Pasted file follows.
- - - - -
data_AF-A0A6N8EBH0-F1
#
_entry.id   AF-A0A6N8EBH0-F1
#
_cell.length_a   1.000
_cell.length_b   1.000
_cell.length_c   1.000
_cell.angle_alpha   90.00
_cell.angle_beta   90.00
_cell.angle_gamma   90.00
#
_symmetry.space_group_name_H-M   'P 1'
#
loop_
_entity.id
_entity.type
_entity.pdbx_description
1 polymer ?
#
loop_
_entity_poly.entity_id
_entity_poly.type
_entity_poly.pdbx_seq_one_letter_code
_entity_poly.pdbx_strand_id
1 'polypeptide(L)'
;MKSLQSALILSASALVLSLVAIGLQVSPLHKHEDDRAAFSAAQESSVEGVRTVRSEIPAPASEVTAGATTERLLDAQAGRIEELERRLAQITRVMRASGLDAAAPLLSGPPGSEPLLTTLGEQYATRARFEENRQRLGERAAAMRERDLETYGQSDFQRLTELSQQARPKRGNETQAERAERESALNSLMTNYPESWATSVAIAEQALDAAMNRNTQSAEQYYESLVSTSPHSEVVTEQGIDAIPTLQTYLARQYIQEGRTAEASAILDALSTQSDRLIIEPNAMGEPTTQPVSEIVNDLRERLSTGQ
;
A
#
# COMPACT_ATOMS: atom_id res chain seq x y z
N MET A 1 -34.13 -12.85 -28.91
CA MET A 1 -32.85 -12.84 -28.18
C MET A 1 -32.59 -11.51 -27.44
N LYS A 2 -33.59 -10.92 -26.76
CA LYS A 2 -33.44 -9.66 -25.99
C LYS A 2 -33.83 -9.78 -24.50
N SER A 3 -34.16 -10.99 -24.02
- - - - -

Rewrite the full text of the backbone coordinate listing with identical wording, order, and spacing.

data_AF-A0A6N8EBH0-F1
#
_entry.id   AF-A0A6N8EBH0-F1
#
_cell.length_a   1.000
_cell.length_b   1.000
_cell.length_c   1.000
_cell.angle_alpha   90.00
_cell.angle_beta   90.00
_cell.angle_gamma   90.00
#
_symmetry.space_group_name_H-M   'P 1'
#
loop_
_entity.id
_entity.type
_entity.pdbx_description
1 polymer ?
#
loop_
_entity_poly.entity_id
_entity_poly.type
_entity_poly.pdbx_seq_one_letter_code
_entity_poly.pdbx_strand_id
1 'polypeptide(L)'
;MKSLQSALILSASALVLSLVAIGLQVSPLHKHEDDRAAFSAAQESSVEGVRTVRSEIPAPASEVTAGATTERLLDAQAGRIEELERRLAQITRVMRASGLDAAAPLLSGPPGSEPLLTTLGEQYATRARFEENRQRLGERAAAMRERDLETYGQSDFQRLTELSQQARPKRGNETQAERAERESALNSLMTNYPESWATSVAIAEQALDAAMNRNTQSAEQYYESLVSTSPHSEVVTEQGIDAIPTLQTYLARQYIQEGRTAEASAILDALSTQSDRLIIEPNAMGEPTTQPVSEIVNDLRERLSTGQ
;
A
#
# COMPACT_ATOMS: atom_id res chain seq x y z
N MET A 1 -34.13 -12.85 -28.91
CA MET A 1 -32.85 -12.84 -28.18
C MET A 1 -32.59 -11.51 -27.44
N LYS A 2 -33.59 -10.92 -26.76
CA LYS A 2 -33.44 -9.66 -25.99
C LYS A 2 -33.83 -9.78 -24.50
N SER A 3 -34.16 -10.99 -24.02